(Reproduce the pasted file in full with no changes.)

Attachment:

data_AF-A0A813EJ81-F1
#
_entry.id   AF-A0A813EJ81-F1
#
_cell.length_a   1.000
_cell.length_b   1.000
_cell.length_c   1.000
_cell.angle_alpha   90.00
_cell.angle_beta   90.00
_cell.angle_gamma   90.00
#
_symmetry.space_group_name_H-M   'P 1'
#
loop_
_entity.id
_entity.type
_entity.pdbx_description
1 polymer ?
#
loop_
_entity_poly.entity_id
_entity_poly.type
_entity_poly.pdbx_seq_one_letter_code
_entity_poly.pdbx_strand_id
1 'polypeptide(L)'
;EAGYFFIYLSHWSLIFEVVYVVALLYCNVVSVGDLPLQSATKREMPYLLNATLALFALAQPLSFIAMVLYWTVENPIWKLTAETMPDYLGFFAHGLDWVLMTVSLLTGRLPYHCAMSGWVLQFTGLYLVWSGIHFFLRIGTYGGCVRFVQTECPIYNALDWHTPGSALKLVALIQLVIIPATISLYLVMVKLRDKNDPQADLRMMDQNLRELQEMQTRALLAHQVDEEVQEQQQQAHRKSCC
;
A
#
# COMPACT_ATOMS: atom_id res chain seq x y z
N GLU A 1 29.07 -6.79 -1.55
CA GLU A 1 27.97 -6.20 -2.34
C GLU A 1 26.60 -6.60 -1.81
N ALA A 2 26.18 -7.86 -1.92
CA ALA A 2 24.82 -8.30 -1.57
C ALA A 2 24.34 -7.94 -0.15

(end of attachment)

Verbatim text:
data_AF-A0A813EJ81-F1
#
_entry.id   AF-A0A813EJ81-F1
#
_cell.length_a   1.000
_cell.length_b   1.000
_cell.length_c   1.000
_cell.angle_alpha   90.00
_cell.angle_beta   90.00
_cell.angle_gamma   90.00
#
_symmetry.space_group_name_H-M   'P 1'
#
loop_
_entity.id
_entity.type
_entity.pdbx_description
1 polymer ?
#
loop_
_entity_poly.entity_id
_entity_poly.type
_entity_poly.pdbx_seq_one_letter_code
_entity_poly.pdbx_strand_id
1 'polypeptide(L)'
;EAGYFFIYLSHWSLIFEVVYVVALLYCNVVSVGDLPLQSATKREMPYLLNATLALFALAQPLSFIAMVLYWTVENPIWKLTAETMPDYLGFFAHGLDWVLMTVSLLTGRLPYHCAMSGWVLQFTGLYLVWSGIHFFLRIGTYGGCVRFVQTECPIYNALDWHTPGSALKLVALIQLVIIPATISLYLVMVKLRDKNDPQADLRMMDQNLRELQEMQTRALLAHQVDEEVQEQQQQAHRKSCC
;
A
#
# COMPACT_ATOMS: atom_id res chain seq x y z
N GLU A 1 29.07 -6.79 -1.55
CA GLU A 1 27.97 -6.20 -2.34
C GLU A 1 26.60 -6.60 -1.81
N ALA A 2 26.18 -7.86 -1.92
CA ALA A 2 24.82 -8.30 -1.57
C ALA A 2 24.34 -7.94 -0.15